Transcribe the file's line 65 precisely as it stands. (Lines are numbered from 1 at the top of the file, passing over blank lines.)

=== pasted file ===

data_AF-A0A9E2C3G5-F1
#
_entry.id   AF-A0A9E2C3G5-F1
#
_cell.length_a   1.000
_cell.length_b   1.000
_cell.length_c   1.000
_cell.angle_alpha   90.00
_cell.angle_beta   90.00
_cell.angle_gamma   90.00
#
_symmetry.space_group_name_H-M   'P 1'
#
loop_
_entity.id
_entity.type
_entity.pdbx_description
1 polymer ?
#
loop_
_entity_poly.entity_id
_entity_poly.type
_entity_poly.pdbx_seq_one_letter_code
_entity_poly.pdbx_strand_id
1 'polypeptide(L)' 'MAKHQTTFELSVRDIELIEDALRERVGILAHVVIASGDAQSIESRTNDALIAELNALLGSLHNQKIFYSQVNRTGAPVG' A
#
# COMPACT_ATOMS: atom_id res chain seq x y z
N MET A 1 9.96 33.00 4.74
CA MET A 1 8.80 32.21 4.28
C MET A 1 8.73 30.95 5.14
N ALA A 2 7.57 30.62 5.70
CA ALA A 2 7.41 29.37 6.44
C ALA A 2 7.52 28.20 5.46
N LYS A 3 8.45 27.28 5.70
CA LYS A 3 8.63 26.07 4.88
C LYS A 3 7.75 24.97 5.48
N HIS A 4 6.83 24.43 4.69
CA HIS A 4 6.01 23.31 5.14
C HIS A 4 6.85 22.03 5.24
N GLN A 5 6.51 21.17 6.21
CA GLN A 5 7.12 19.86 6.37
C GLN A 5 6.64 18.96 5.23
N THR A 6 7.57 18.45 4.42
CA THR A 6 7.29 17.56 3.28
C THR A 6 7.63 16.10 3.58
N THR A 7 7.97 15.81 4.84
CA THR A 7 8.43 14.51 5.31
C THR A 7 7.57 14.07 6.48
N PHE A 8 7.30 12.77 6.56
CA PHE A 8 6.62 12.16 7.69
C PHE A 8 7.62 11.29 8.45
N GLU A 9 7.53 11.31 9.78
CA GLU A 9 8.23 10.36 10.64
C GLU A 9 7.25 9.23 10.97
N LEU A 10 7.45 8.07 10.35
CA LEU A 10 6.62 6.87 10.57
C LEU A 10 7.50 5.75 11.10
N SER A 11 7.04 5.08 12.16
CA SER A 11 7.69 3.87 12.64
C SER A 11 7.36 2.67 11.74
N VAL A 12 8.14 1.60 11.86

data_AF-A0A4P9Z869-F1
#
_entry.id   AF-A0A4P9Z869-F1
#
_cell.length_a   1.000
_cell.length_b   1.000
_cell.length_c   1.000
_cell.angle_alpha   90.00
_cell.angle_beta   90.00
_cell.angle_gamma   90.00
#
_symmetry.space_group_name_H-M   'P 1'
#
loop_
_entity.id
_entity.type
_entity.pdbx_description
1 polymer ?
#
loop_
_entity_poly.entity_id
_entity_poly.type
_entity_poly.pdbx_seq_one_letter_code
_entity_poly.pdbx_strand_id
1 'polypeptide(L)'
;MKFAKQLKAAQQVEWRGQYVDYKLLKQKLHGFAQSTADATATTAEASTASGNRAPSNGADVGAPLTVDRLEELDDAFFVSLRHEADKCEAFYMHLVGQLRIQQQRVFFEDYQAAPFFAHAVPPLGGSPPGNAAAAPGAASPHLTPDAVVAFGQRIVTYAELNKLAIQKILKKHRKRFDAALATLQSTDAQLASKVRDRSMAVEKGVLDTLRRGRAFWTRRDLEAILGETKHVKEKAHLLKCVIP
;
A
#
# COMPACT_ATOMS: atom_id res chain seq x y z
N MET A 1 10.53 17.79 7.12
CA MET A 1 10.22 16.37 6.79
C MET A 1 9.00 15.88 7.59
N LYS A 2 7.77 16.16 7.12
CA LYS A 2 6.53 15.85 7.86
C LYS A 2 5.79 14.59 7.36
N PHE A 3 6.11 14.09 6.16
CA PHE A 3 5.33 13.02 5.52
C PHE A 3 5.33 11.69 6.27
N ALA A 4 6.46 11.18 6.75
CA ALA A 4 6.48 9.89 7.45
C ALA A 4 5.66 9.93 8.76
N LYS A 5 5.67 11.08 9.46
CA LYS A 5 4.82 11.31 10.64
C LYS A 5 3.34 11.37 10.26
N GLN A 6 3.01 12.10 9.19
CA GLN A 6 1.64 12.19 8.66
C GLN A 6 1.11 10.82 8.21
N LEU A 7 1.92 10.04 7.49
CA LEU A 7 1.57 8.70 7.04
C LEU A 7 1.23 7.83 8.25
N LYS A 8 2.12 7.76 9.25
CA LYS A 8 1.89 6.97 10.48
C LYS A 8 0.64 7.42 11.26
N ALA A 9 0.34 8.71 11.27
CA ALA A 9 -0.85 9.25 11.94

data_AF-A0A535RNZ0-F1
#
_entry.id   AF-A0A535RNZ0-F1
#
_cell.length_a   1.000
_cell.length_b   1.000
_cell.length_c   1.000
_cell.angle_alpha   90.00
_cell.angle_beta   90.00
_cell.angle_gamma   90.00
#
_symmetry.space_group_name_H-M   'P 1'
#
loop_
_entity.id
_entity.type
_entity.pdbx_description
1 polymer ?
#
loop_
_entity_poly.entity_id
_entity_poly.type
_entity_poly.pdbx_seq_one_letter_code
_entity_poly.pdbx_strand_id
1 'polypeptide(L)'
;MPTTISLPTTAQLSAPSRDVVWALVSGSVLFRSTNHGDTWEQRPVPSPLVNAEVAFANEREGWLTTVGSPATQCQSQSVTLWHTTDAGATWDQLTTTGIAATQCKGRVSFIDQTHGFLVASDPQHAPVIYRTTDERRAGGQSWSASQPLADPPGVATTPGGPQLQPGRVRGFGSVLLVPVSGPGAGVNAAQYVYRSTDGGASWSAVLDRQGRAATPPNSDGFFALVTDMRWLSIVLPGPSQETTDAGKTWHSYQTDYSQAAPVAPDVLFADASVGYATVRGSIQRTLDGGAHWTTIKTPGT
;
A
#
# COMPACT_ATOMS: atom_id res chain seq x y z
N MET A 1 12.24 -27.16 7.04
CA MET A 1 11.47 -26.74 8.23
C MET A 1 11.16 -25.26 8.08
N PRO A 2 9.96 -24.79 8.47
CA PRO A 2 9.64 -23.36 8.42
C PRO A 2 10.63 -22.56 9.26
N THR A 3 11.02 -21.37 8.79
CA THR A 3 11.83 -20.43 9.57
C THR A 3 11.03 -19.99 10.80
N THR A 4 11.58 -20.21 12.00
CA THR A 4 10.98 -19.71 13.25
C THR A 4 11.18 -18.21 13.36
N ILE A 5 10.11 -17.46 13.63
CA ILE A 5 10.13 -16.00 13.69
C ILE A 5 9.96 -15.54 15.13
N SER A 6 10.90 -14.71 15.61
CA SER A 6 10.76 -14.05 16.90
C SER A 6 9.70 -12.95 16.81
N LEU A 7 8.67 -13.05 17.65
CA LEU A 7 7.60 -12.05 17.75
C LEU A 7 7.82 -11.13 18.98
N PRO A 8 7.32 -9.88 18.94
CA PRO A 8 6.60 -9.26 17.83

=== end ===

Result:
#